Earlier this year, UK label, Real World Records, announced that they had signed what they were touting as a ‘Moroccan-French power quartet’. There was a genuine sense of excitement about Bab L’Bluz that leaped out of every announcement, every piece of colourful adjective-laden literature released about the band. That excitement was justified in May, when the foursome released the first single from their debut album, Nayda!
The introductory track, ‘Ila Mata’,
lived up to the hype and all those colourful adjectives. The swaggering,
languid song fit the band’s billing as ‘psychedelic Gnawa blues’, the traditional
sounds of Moroccan and Sub-Saharan Gnawa lending themselves seamlessly to the
exotic and experimental instrumentation of psychedelic music. The track also
put frontwoman, Yousra Mansour, front and centre, her delivery of lyrics
inspired by Tunisian poet, Anis Shoshan, providing a sense of soul and sensuality
to a track that preached a message of “awakening the sleeping consciousness of
a majority of individuals, indoctrinated by racist statements,” and “a call to
search for what can unite us instead of going towards everything that divides
A little over a month after announcing themselves in a hazy, colourful blaze of glory, their debut album, Nayda!, has arrived and showcases Mansour, along with Bab L'Bluz co-founder, Brice Bottin, as well as Hafid Zouaoui and Jérôme Bartolome, diving deeper into an exploration of music from Africa.
“We are fascinated by the origins of Gnawa culture and its musical similarities in parts of the Middle East,” says Bottin, who plays the guembri (a three-stringed bass plucked lute also known as the sinter), on Real World Records' wesbite “The African blues includes other pentatonic music: Mauritanian hassani,” he adds of the band’s other eclectic influences. “The Berber music found in Morocco’s Atlas Mountains. The music of Mali, which is the true source of the blues, as well as the true source of Gnawa music.”
At their core, however, the band ultimately consider themselves a rock band – but one that does things quite differently in switching out traditional guitars for instruments native to Gnawa culture. “We use the awicha as a guitar and the guembri as a bass, both at different tunings,” Mansour explains of their approach. “I fell in love with the trance grooves of Gnawa music and took up singing Gnawa-style at home and with friends,” she says, while also adding that realising and honing that sound was the least of her worries. “There was resistance at first because I was female.”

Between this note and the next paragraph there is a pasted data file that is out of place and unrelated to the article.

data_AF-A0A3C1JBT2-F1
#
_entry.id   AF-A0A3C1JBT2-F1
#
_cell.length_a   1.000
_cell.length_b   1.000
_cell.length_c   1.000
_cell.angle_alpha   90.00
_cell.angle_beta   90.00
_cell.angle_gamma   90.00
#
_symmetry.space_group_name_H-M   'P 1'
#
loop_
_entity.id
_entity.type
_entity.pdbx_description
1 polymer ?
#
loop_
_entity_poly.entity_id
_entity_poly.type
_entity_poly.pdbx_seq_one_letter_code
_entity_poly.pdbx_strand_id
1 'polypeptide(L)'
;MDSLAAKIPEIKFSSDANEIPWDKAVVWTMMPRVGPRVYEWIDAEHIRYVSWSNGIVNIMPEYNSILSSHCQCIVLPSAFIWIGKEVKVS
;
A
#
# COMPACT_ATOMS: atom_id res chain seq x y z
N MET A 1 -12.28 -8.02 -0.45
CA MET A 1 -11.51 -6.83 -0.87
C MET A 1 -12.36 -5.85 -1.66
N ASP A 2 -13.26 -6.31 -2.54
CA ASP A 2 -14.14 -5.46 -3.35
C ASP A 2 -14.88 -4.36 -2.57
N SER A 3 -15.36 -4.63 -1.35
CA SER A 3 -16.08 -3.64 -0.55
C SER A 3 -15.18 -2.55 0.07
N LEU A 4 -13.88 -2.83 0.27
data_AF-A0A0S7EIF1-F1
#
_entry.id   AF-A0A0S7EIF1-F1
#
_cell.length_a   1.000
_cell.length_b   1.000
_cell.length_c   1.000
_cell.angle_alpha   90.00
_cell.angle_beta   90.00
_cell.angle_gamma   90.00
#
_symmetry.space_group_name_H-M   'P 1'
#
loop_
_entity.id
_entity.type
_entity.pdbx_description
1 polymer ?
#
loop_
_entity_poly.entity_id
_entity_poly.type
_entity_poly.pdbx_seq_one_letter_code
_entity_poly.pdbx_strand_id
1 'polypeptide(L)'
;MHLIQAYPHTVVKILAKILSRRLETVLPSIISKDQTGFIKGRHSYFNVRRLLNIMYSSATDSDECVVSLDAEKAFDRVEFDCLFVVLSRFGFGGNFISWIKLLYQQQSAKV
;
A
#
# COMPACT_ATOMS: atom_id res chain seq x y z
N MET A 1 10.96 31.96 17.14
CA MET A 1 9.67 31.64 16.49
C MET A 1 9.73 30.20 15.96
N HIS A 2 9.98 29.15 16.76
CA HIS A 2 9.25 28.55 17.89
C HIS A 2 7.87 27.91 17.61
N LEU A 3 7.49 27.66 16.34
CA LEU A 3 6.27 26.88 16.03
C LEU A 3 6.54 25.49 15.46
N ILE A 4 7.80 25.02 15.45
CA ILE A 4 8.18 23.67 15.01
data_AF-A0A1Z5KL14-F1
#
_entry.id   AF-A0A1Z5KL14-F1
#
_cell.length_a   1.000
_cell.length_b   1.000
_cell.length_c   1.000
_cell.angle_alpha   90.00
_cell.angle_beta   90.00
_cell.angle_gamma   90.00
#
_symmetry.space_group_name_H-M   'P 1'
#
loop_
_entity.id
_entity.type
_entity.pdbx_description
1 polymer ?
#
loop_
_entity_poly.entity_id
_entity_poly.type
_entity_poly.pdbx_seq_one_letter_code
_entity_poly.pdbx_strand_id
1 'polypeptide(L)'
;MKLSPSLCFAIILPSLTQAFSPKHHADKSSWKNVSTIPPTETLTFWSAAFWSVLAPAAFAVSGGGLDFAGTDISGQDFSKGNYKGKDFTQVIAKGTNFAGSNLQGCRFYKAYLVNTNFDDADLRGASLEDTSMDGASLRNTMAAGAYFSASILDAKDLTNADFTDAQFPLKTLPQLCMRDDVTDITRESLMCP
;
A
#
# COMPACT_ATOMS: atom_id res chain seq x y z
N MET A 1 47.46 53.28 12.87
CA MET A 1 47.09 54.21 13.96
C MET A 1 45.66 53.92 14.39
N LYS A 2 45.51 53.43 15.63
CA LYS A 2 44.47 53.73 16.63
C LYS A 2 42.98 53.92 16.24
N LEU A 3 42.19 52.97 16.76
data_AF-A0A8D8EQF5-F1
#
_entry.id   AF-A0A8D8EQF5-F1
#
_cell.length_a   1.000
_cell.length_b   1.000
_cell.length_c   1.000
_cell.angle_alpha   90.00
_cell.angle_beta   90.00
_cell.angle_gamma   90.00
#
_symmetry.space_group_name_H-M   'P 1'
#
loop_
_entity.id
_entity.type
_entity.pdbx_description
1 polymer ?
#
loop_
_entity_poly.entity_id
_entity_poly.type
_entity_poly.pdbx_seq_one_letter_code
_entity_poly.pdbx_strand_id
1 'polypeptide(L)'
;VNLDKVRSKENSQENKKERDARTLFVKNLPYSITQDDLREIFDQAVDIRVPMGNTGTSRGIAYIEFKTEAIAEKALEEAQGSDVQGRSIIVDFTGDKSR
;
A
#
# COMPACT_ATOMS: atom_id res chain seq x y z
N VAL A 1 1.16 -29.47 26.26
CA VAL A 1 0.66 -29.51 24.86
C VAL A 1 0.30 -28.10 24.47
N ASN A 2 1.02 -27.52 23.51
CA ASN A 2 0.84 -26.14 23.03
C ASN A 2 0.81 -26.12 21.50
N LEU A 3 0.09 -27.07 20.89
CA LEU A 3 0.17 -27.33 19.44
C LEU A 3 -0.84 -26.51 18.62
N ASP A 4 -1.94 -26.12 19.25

In spite of
this resistance, Mansour – whether through deliberate manufacturing or divine
fate – is positioned as a charismatic warrior of a frontwoman. She’s more than an
agent or mouthpiece for the justice, unity and rebellion that the album’s
lyrics are steeped in; she is the rebellion, the source of the band’s heart and
She opens the album with a ululating war cry in first track, ‘Gnawa Beat’, before it launches into instrumentation that rings of desert blues and a dash of Nubian flavour. After the album’s highlight track, ‘Il Mata’, track three, ‘El Gamra’, is some sort of fusion of dancey garage rock and Gnawa, the lyrics – sung in the Moroccan dialect – praising the almighty moon and peaking with thrilling harmonies. ‘Glibi’ dials down the pace and draws from the bluesy Tarab Al Hassani music of Mauritania, while the lyrics are written similarly to the Tebraa poetry sung by women in parts of Morocco and the Western Sahara.
Mansour is at her purest and most quixotic in sultry number, ‘Oudelali’, which is also sung in the Moroccan dialect, while the following track, ‘Waydelel’, is a cover. Sung in classical Arabic, the track was originally written by one of Mauritania’s most revered musicians, the late, great Dimi Mint Abba, and the lyrics celebrate the Prophet Mohamed. The track is given the Bab L’Bluz treatment and is elevated further by the contributions of Moroccan instrumentalist, Aziz Ozouss, most notably with his one-string ribab playing. The only English lyrics on the album come via 'Africa Manayo', which highlights the thousands of years of struggle that the continent has suffered against a fitting mixture of an Afro-beat, a rousing Berber sample and the ethereal children's choir.
Faint fuzz wraps the following track, ‘Yemma’, and delivers a defiant and powerful message of motherhood, while ‘El Watan’ steers things back towards a more psychedelic rock sound, thanks in part to featuring Moroccan Gnawa artist and guembri player, Mehdi Nassouli. The 10th and final track of this winding record provides a fitting climax. Named simply ‘Bab L’Bluz’, it acts as a kind of emphatic full stop to proceedings, rattling and shaking on a celebratory tone – it’s the kind of song that transports you to a beachside campfire, where everyone and anyone is welcome.
Nayda! is an utterly unique album, but needs at least a second, immersive listen to truly understand why. A first listen will have most categorising these songs as best suited to a colourful and visceral live performance, Mansour’s poise and charisma making for a perfect on-stage, sonic centrepiece. But the true artistry in this album is its deftness as much as its colour, its moments of subtlety as much as its moments of unbridled emotion. The perfect example of this is the various modes of distortion and reverb, which are used intelligently, without masking the other sonic elements and instrumentation. Even more significantly than that, Nayda! is indeed dense in concept, but it glides quite elegantly through a unique cross-section of African and Arab influences, never losing sight of its identity, while delivering its messages stylishly and sophisticatedly.